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Vincent van Gogh's 'Houses at Auvers' voted Boston's favorite Impressionist painting
Claude Monet (French, 1840–1926), Water Lilies, 1907. Oil on canvas. Bequest of Alexander Cochrane. Photograph © Museum of Fine Arts, Boston.

BOSTON, MASS.- After 24 days and 41,497 votes, the Museum of Fine Arts, Boston, opened Boston Loves Impressionism—its first “crowdsourced” exhibition—and reveals Boston’s favorite Impressionist works of art. The public was given the opportunity to cast their votes on a group of 50 Impressionist and Post-Impressionist masterpieces from the MFA’s collection. They responded with passion, “Sharing the Love” from their phones, Facebook and by scanning heart-shaped QR codes found throughout the Museum. Voters made plain their love for Vincent van Gogh’s masterpiece, Houses at Auvers (1890), which earned the most votes (4,464), edging out Claude Monet, who came in second place with 3,543 votes for his iconic Water Lilies (1907). Third place was taken by Edgar Degas’ Little Fourteen-Year-Old Dancer (original model 1878–81, cast after 1921)—the only sculpture in the contest. These three top vote getters hold a place of honor at the entrance of the Boston Loves Impressionism exhibition (on view February 14–May 26, 2014 in the Lois and Michael Torf Gallery), where they hang alongside 27 other works chosen by the public, as well as five loans from local collectors. The exhibition was conceived by Malcolm Rogers, the MFA’s Ann and Graham Gund Director. While renovations take place in the large Sidney and Esther Rabb Gallery of European Impressionism, Rogers was looking for a way to keep many of the works on view, and had the idea to get the public involved in choosing which ones by asking them to share their favorites. Boston Loves Impressionism is sponsored by Toshiba.

“This exhibition of works chosen by the public is a landmark for the Museum and has provided new insight into Boston’s changing artistic tastes,” said Malcolm Rogers, Ann and Graham Gund Director at the MFA. “While the public’s longstanding love of Monet is evident in the selection of 13 of the artist’s iconic paintings for the exhibition, van Gogh won the number one spot with his Post-Impressionist masterpiece, Houses at Auvers.”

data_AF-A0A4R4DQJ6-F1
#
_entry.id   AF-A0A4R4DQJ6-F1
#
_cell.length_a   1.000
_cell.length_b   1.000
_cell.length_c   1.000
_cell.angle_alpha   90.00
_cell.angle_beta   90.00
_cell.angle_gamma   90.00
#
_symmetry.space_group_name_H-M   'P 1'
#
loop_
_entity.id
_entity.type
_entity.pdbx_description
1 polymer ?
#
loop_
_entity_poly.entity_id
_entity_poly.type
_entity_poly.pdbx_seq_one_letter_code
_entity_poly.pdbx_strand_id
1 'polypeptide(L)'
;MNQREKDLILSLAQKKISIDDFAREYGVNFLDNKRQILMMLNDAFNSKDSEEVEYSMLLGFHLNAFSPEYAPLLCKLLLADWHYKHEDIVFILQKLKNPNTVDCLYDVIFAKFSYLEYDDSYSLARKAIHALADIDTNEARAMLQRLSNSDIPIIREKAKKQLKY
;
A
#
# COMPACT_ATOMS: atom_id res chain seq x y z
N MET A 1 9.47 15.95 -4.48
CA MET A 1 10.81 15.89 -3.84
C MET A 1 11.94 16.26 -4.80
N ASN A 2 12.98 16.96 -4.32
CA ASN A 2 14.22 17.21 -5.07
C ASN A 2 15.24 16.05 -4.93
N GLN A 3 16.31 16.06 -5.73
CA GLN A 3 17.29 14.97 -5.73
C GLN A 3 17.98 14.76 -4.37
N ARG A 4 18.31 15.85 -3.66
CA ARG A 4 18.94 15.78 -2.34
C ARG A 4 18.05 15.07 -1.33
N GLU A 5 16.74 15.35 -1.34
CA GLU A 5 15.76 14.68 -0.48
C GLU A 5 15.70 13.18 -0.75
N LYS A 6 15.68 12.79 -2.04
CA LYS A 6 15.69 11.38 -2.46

Voting for Boston Loves Impressionism began on January 6, when fans selected their favorite Impressionist works from a different themed group each week—“On the Water” (seascapes), “From the Land” (landscapes and still lifes) and “Of the People” (portraits). Each week, participants were served a new selection of works, with the top 30 overall vote getters earning a spot in the exhibition. A final three-day round of voting had the top ten vying to be ranked from one to ten, with the top three earning a special spot at the entrance of the exhibition. In the final hours of the last day of voting, Degas’ Little Dancer came from behind to earn a place in the top three, edging out a victory by 30 votes over Monet’s Boulevard Saint-Denis, Argenteuil, in Winter (1875)—propelled by social media appeals from its fans. Childhood attachments to the sculpture were revealed, with one fan saying on Facebook, “Degas! It’s one of the first pieces of art I ever completely fell head over heels in love with when I was a little girl.” The top two works, van Gogh’s Houses at Auvers and Monet’s Water Lilies, held strong leads throughout the voting process. “Van Gogh, he speaks about my DREAMS! Monet, he speaks about my soul,” wrote one voter.

The top 10 works selected by the public are identified (1-10) by hearts on the labels in the exhibition:

1. Houses at Auvers, 1890, Vincent van Gogh (4,464 votes)

2. Water Lilies, 1907, Claude Monet (3,543 votes)

3. Little Fourteen-Year-Old Dancer, original model 1878–81, cast after 1921, Edgar Degas (2,869 votes)

4. Boulevard Saint-Denis, Argenteuil, in Winter, 1875, Claude Monet (2,839 votes)

5. Meadow with Poplars, about 1875, Claude Monet (2,523 votes)

6. In the Loge, 1878, Mary Stevenson Cassatt (2,254 votes)

7. Morning on the Seine, near Giverny, 1897, Claude Monet (2,212 votes)

8. Girls Picking Flowers in a Meadow, about 1890, Pierre-Auguste Renoir (1,721 votes)

9. Two Peasant Women in a Meadow (Le Pré), 1893, Camille Pissarro (1,577 votes)

10. Fruit Displayed on a Stand, about 1881–82, Gustave Caillebotte (1,501 votes)

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